The final authority on Savings Bond questions

Friday, August 18th, 2006
Categorized as: Savings Bond FAQ

Some of our readers discussing last week’s post TreasuryDirect enhances security features used the Code of Federal Regulations as the source of their information.

Indeed, all the regulations about Savings Bonds are written down in a readable but detailed format that government agencies can use to document their rules.

Moreover, the Treasury has a page on TreasuryDirect.gov, Code of Federal Regulations for Savings Bonds and other Treasury securities, from which you can download the rules regulating specific Treasury securities.

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FDIC Insured Certificates of Deposit can pay 1 or 2% more than savings bonds when held for a similar length of time. See top CD Rates Below:

12 Comments

On March 6th, 2010 michelle said:

I have 5 savings bonds that I purchased for my son when he was younger. I am listed as POD but I want to cash them in now. My son now lives with his father several states away and is 17 years old. I am still his primary legal custodian. Can I cash them in?

On March 8th, 2010 Tom Adams said:

Michelle – You would have to take your son with you to demonstrate that he’s a minor and you’re the custodial parent.

Tom Adams

On March 9th, 2010 Paula Mathes said:

I purchased a savings bond for my granddaughter in 1993 how can she cash this bond?

On March 10th, 2010 Tom Adams said:

Paula – assuming you put your granddaughter’s name on the bond as either the owner or the co-owner, then the info you’re looking for is here.

If only your name is on the bond, then it belongs to you, not her, and you’ll have to cash it, hold back what you need for income taxes, and give her what’s left.

Tom Adams

On March 12th, 2010 Suzan said:

My now ex-husband had purchased EE savings bonds via payroll deductions while he was serving in the military to pay for our son’s education. With the divorce pending we came to an agreement, that he would cash these bonds and give the money + interest earned to me to reinvest elsewhere, since I would leave the US shortly (w.the child after the divorce). My son was a minor (14 yrs. old) when the redemption took place and never signed anything. Not too long after I had returned to my home country, my son received a form 1099-INT showing taxable interest. If I remember correctly, the bonds said something about POD, but I can’t recall whether it pertained to the purchaser or beneficiary.

Is my child liable to pay taxes on the interest although he had no idea what had occurred??

On March 16th, 2010 Tom Adams said:

Suzan – Someone has to pay the income tax on the interest the bonds earned. Since the child is a minor, the income probably rolls up to the custodial parent, but you should consult a tax advisor to be sure.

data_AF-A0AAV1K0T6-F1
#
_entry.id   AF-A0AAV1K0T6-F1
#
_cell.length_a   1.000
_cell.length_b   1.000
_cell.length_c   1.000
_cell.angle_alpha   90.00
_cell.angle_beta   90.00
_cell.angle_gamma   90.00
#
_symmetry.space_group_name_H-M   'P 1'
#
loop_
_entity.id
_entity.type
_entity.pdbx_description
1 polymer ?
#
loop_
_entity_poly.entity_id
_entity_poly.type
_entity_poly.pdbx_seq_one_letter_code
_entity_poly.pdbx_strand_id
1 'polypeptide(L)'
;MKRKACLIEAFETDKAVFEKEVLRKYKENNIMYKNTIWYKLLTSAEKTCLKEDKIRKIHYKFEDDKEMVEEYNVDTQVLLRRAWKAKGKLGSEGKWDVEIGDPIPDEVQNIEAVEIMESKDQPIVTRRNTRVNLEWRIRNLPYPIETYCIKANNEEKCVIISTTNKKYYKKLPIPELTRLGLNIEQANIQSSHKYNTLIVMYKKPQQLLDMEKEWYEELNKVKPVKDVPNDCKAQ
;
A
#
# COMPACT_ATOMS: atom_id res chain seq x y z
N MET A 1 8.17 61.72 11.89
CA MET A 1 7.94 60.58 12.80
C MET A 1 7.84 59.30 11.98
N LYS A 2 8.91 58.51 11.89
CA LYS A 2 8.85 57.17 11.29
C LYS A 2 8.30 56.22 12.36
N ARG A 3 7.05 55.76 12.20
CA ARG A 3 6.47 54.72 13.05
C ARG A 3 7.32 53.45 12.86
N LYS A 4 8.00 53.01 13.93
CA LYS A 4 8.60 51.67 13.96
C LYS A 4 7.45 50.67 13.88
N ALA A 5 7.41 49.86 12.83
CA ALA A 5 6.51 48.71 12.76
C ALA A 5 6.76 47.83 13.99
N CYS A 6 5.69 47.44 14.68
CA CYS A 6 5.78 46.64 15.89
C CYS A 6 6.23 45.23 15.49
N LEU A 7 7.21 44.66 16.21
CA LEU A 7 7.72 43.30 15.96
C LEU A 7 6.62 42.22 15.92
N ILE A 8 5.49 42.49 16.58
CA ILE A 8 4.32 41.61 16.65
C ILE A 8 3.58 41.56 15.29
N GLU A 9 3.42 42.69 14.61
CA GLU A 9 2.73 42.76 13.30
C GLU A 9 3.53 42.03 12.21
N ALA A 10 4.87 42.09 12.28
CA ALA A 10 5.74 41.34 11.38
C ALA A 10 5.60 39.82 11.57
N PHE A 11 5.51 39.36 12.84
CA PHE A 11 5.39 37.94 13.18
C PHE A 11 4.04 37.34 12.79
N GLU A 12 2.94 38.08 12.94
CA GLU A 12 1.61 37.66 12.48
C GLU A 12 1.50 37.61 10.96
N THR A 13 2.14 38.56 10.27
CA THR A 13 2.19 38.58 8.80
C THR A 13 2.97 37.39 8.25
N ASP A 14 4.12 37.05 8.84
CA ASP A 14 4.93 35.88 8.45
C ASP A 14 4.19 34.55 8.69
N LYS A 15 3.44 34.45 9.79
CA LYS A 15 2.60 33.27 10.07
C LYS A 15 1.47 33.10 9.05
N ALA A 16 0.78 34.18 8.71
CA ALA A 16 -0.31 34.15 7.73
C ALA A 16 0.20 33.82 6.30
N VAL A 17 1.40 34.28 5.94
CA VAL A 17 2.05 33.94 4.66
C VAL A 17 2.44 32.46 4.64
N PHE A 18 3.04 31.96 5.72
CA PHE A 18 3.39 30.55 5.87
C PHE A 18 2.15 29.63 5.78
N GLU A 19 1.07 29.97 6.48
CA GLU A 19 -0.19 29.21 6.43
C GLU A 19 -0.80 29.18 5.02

Tom Adams

On April 14th, 2010 Judith said:

My Father has numerous bonds. He is talking about cashing them in so we kids won’t have to deal with them after his death. What are the laws on cashing in bonds? If we inherit the bonds do we still have to pay taxes on the interest on the bonds or are they covered as inheritece and are not taxed?

On April 14th, 2010 Tom Adams said:

Judith – Whoever inherits the bonds still has to pay income tax on all the interest the bonds have ever earned. Just cashing them all in, however, is probably not the best course of action either. I suggest you or your father (or both) spend a weekend reading my book, then you’ll understand your options and what will work best for you.

Tom Adams

On April 22nd, 2010 Cheryl said:

My father purchased savings for me when I was a child and for my daughter when she was born. He had the deducted from his payroll. He is now deceased and we cannot find the bonds. How do I find out how claim them? I have his ss# and name and addresses at the time of purchase.

On April 22nd, 2010 Tom Adams said:

Cheryl – the information you’re looking for is here.

Tom Adams

On April 26th, 2010 Judy White said:

I was the secondary co-owner on EE and HH bonds. The primary owner (my Dad) died and the bonds were switched to my name only. I now wish to name co-owners (siblings) to distribute them equally. Once I do this and they cash them with their social security #, will they be solely responsible for the taxes? I ask because when it was my Dad and I, and he, as primary coowner, had put all the money into the bonds, the IRS says even if I cashed them he got the tax liability because he had put up all the original money.

On April 27th, 2010 Tom Adams said:

Judy – as a practical matter, whoever cashes the Savings Bond gets the 1099-INT reporting the interest to the IRS. Because the IRS examples all use situations where one co-owner’s money was used to buy the bond, with no inheritance examples, it’s not clear whether the IRS would consider you the principal owner (and thus responsible for the taxes) or not.

Tom Adams

Comments Closed

June 1, 2010

After six years, over 400 posts, 3,680 real comments, and over 90,000 spam comments (thank you, Akismet, for making managing a blog with comments possible), I am closing public comments on Savings-Bond-Advisor.com. I will contine to update the main articles on this site, but not the comments.

Virtually every question about Savings Bonds has been asked and answered on this site multiple times. Use the search feature (see the box in the gray area near the top of this page) or the detailed menu on the lower part of the home page to find the information you're looking for. If you have a copy of Savings Bond Advisor, you can ask me a question here.

Tom Adams

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